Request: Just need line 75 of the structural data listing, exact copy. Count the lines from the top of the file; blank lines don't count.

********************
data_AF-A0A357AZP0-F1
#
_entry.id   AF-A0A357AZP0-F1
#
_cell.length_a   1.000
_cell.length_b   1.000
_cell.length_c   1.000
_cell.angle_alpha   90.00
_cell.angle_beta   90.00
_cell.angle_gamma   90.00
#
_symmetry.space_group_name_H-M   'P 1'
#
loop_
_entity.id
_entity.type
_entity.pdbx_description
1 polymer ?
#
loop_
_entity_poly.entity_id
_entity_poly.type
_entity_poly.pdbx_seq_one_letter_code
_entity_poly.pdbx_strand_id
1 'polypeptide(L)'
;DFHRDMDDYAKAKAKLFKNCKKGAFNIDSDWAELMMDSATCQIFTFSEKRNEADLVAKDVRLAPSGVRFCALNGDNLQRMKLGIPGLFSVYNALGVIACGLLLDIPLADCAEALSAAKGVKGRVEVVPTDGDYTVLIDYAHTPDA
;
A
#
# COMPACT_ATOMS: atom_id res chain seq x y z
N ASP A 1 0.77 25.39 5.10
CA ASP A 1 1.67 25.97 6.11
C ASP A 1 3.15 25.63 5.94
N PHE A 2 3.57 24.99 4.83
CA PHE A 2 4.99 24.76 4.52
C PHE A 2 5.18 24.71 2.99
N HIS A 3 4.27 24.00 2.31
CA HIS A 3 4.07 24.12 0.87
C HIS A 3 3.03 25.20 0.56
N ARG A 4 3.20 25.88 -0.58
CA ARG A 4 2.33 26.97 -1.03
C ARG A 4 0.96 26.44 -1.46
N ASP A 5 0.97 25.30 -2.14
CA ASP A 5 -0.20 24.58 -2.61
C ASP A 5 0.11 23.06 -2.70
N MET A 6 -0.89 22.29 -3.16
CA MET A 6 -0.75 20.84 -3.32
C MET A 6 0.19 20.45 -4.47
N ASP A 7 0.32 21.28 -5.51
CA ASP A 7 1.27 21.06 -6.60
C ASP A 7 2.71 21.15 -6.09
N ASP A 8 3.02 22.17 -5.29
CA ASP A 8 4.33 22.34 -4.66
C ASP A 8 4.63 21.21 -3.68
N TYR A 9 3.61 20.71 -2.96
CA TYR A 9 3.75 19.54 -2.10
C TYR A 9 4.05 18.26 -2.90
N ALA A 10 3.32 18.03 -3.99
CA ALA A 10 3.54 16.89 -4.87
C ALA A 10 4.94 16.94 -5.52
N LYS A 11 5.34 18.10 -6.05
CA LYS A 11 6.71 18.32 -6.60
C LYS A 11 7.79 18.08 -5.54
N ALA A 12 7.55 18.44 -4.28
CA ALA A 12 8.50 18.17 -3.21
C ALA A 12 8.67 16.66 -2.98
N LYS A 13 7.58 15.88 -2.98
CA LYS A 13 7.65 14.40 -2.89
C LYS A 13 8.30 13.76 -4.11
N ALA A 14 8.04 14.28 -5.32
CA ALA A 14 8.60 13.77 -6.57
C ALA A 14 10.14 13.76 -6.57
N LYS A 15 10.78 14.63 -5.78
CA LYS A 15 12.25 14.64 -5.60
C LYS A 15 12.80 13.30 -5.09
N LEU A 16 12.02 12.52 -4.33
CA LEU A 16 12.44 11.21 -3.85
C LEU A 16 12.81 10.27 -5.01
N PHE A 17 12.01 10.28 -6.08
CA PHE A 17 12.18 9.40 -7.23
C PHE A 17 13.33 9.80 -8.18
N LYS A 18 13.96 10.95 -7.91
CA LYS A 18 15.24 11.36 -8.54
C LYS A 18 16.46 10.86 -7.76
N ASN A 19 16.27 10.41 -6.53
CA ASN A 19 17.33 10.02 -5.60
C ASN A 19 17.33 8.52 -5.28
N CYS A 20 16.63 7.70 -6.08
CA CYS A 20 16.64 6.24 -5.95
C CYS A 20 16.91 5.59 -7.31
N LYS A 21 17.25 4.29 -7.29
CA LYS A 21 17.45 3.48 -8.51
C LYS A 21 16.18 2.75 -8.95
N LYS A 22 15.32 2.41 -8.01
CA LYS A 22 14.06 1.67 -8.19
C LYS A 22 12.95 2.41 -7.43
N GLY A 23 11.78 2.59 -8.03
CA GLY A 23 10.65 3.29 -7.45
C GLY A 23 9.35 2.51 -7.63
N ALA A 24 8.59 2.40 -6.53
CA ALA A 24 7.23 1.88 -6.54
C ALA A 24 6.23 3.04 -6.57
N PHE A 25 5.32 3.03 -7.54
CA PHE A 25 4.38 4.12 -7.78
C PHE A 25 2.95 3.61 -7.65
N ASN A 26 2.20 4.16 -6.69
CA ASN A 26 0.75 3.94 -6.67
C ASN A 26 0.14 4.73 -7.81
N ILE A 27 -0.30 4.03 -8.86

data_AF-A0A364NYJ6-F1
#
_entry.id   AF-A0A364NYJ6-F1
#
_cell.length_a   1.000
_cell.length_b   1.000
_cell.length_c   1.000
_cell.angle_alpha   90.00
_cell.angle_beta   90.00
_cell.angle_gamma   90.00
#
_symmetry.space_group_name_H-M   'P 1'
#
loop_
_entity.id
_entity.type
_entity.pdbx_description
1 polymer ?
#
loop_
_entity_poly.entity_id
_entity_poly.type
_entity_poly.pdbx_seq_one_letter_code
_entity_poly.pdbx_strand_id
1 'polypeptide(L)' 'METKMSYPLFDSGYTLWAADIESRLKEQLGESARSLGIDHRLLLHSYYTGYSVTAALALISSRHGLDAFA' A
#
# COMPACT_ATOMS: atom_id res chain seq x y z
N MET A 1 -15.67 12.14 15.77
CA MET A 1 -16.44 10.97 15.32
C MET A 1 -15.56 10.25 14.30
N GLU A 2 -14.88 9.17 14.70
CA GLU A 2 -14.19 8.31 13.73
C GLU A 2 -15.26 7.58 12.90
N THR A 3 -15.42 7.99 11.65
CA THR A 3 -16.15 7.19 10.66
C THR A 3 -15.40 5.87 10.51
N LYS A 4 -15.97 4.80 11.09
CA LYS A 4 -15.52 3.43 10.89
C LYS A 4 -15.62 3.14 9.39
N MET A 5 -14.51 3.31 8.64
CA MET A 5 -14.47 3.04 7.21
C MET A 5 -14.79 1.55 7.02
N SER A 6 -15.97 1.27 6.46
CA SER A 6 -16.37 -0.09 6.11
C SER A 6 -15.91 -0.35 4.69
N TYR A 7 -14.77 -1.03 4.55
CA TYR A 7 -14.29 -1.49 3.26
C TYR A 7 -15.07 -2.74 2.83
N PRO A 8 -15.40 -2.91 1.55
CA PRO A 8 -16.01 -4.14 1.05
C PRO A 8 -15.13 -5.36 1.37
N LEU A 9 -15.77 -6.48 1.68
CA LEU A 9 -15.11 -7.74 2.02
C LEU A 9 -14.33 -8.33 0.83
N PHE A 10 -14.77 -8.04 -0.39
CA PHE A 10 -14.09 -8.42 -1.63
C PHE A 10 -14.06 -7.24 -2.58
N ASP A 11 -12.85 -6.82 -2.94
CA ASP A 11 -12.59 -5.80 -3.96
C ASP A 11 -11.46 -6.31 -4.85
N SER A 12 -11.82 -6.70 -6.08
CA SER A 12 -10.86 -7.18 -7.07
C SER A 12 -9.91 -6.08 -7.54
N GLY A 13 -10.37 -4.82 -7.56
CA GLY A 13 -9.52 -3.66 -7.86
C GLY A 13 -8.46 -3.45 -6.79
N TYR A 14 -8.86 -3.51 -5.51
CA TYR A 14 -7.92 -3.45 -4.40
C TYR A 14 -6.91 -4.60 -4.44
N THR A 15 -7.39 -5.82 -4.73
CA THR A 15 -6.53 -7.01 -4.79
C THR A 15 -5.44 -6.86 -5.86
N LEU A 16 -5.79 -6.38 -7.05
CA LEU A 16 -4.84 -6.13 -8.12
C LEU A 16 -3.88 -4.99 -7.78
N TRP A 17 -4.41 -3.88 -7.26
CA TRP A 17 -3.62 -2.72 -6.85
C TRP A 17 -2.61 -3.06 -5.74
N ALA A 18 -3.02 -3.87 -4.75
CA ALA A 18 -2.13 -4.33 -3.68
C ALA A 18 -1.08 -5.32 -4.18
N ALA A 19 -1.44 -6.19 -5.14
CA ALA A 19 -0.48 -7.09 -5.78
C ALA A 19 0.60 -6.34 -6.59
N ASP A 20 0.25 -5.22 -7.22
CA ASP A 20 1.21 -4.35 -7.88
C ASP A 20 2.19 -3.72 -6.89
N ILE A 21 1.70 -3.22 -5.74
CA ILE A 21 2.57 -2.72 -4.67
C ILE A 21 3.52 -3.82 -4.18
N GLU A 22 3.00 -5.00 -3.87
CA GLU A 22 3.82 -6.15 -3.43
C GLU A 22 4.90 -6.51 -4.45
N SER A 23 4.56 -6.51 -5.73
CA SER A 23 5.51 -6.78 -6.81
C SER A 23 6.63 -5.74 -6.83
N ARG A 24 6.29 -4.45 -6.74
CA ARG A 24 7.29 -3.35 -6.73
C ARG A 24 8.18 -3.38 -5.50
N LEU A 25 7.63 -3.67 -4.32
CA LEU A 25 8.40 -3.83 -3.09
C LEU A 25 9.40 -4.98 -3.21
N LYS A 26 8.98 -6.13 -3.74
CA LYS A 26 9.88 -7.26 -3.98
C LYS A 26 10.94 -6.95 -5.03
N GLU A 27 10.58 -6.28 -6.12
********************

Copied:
C LYS A 15 12.80 13.30 -5.09